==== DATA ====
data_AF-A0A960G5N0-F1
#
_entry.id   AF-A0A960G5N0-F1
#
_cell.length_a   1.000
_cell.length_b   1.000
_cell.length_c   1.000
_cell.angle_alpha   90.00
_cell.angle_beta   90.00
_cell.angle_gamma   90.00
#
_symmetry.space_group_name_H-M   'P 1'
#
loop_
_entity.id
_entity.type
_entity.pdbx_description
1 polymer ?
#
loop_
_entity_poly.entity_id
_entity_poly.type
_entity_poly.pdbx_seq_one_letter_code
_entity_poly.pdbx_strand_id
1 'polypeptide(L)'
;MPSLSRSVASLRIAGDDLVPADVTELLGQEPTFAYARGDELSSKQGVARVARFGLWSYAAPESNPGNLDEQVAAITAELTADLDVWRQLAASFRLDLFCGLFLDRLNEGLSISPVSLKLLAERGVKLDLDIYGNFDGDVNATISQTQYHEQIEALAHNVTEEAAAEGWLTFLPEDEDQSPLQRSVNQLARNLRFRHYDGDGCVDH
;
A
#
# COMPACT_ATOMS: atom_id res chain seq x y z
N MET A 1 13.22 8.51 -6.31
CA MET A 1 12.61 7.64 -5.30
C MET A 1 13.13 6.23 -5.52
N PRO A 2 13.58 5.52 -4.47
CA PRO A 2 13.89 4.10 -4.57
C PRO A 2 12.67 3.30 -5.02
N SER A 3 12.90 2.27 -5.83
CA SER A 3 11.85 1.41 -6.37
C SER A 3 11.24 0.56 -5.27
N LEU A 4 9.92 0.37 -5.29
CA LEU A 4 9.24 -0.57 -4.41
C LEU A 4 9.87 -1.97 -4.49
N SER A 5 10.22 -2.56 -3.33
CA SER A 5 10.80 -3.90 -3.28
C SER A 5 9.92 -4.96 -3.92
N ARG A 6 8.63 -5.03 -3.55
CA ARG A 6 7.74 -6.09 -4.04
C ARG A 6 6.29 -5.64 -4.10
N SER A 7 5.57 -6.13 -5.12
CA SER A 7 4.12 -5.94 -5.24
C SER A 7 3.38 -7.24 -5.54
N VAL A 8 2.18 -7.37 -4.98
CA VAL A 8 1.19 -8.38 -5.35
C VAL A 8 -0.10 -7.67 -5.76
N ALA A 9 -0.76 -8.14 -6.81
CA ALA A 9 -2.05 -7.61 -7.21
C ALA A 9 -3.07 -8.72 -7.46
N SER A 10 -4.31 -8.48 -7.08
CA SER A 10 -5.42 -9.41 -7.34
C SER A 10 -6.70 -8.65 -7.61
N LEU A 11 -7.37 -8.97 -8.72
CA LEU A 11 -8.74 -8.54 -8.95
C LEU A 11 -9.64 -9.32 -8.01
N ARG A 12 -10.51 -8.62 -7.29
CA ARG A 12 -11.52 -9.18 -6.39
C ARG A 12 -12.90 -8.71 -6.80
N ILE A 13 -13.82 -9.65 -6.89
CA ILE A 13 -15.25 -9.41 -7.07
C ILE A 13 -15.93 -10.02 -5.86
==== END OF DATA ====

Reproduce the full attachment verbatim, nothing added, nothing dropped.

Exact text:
data_AF-A0A960G5N0-F1
#
_entry.id   AF-A0A960G5N0-F1
#
_cell.length_a   1.000
_cell.length_b   1.000
_cell.length_c   1.000
_cell.angle_alpha   90.00
_cell.angle_beta   90.00
_cell.angle_gamma   90.00
#
_symmetry.space_group_name_H-M   'P 1'
#
loop_
_entity.id
_entity.type
_entity.pdbx_description
1 polymer ?
#
loop_
_entity_poly.entity_id
_entity_poly.type
_entity_poly.pdbx_seq_one_letter_code
_entity_poly.pdbx_strand_id
1 'polypeptide(L)'
;MPSLSRSVASLRIAGDDLVPADVTELLGQEPTFAYARGDELSSKQGVARVARFGLWSYAAPESNPGNLDEQVAAITAELTADLDVWRQLAASFRLDLFCGLFLDRLNEGLSISPVSLKLLAERGVKLDLDIYGNFDGDVNATISQTQYHEQIEALAHNVTEEAAAEGWLTFLPEDEDQSPLQRSVNQLARNLRFRHYDGDGCVDH
;
A
#
# COMPACT_ATOMS: atom_id res chain seq x y z
N MET A 1 13.22 8.51 -6.31
CA MET A 1 12.61 7.64 -5.30
C MET A 1 13.13 6.23 -5.52
N PRO A 2 13.58 5.52 -4.47
CA PRO A 2 13.89 4.10 -4.57
C PRO A 2 12.67 3.30 -5.02
N SER A 3 12.90 2.27 -5.83
CA SER A 3 11.85 1.41 -6.37
C SER A 3 11.24 0.56 -5.27
N LEU A 4 9.92 0.37 -5.29
CA LEU A 4 9.24 -0.57 -4.41
C LEU A 4 9.87 -1.97 -4.49
N SER A 5 10.22 -2.56 -3.33
CA SER A 5 10.80 -3.90 -3.28
C SER A 5 9.92 -4.96 -3.92
N ARG A 6 8.63 -5.03 -3.55
CA ARG A 6 7.74 -6.09 -4.04
C ARG A 6 6.29 -5.64 -4.10
N SER A 7 5.57 -6.13 -5.12
CA SER A 7 4.12 -5.94 -5.24
C SER A 7 3.38 -7.24 -5.54
N VAL A 8 2.18 -7.37 -4.98
CA VAL A 8 1.19 -8.38 -5.35
C VAL A 8 -0.10 -7.67 -5.76
N ALA A 9 -0.76 -8.14 -6.81
CA ALA A 9 -2.05 -7.61 -7.21
C ALA A 9 -3.07 -8.72 -7.46
N SER A 10 -4.31 -8.48 -7.08
CA SER A 10 -5.42 -9.41 -7.34
C SER A 10 -6.70 -8.65 -7.61
N LEU A 11 -7.37 -8.97 -8.72
CA LEU A 11 -8.74 -8.54 -8.95
C LEU A 11 -9.64 -9.32 -8.01
N ARG A 12 -10.51 -8.62 -7.29
CA ARG A 12 -11.52 -9.18 -6.39
C ARG A 12 -12.90 -8.71 -6.80
N ILE A 13 -13.82 -9.65 -6.89
CA ILE A 13 -15.25 -9.41 -7.07
C ILE A 13 -15.93 -10.02 -5.86